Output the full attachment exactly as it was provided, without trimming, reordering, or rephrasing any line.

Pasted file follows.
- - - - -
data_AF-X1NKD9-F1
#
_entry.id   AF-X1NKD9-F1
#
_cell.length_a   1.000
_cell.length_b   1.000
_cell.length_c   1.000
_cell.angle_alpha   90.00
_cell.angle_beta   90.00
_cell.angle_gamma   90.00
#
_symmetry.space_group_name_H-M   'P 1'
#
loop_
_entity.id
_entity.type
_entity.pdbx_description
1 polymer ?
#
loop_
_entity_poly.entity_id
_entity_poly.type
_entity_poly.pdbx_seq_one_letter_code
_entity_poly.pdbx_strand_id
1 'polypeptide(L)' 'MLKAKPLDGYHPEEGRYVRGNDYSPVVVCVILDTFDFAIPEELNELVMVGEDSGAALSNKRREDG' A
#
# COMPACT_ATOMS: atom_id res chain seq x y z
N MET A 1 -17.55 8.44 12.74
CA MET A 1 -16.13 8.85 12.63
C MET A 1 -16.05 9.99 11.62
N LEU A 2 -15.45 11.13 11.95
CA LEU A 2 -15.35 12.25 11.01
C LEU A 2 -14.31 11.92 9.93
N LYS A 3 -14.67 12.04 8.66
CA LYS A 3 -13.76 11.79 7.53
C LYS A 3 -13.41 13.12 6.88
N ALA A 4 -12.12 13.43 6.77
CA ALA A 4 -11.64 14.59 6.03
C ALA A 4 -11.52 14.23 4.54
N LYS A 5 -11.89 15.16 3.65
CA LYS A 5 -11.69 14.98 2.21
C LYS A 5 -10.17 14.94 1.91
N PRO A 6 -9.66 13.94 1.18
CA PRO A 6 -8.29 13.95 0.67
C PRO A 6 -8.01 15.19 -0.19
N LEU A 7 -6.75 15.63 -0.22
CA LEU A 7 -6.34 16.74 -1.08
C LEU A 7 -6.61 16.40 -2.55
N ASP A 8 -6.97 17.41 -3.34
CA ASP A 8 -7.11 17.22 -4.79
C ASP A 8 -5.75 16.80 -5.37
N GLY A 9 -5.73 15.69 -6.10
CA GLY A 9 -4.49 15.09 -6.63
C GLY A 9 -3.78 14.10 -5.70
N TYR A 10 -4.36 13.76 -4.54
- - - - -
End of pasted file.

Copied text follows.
data_AF-X1NKD9-F1
#
_entry.id   AF-X1NKD9-F1
#
_cell.length_a   1.000
_cell.length_b   1.000
_cell.length_c   1.000
_cell.angle_alpha   90.00
_cell.angle_beta   90.00
_cell.angle_gamma   90.00
#
_symmetry.space_group_name_H-M   'P 1'
#
loop_
_entity.id
_entity.type
_entity.pdbx_description
1 polymer ?
#
loop_
_entity_poly.entity_id
_entity_poly.type
_entity_poly.pdbx_seq_one_letter_code
_entity_poly.pdbx_strand_id
1 'polypeptide(L)' 'MLKAKPLDGYHPEEGRYVRGNDYSPVVVCVILDTFDFAIPEELNELVMVGEDSGAALSNKRREDG' A
#
# COMPACT_ATOMS: atom_id res chain seq x y z
N MET A 1 -17.55 8.44 12.74
CA MET A 1 -16.13 8.85 12.63
C MET A 1 -16.05 9.99 11.62
N LEU A 2 -15.45 11.13 11.95
CA LEU A 2 -15.35 12.25 11.01
C LEU A 2 -14.31 11.92 9.93
N LYS A 3 -14.67 12.04 8.66
CA LYS A 3 -13.76 11.79 7.53
C LYS A 3 -13.41 13.12 6.88
N ALA A 4 -12.12 13.43 6.77
CA ALA A 4 -11.64 14.59 6.03
C ALA A 4 -11.52 14.23 4.54
N LYS A 5 -11.89 15.16 3.65
CA LYS A 5 -11.69 14.98 2.21
C LYS A 5 -10.17 14.94 1.91
N PRO A 6 -9.66 13.94 1.18
CA PRO A 6 -8.29 13.95 0.67
C PRO A 6 -8.01 15.19 -0.19
N LEU A 7 -6.75 15.63 -0.22
CA LEU A 7 -6.34 16.74 -1.08
C LEU A 7 -6.61 16.40 -2.55
N ASP A 8 -6.97 17.41 -3.34
CA ASP A 8 -7.11 17.22 -4.79
C ASP A 8 -5.75 16.80 -5.37
N GLY A 9 -5.73 15.69 -6.10
CA GLY A 9 -4.49 15.09 -6.63
C GLY A 9 -3.78 14.10 -5.70
N TYR A 10 -4.36 13.76 -4.54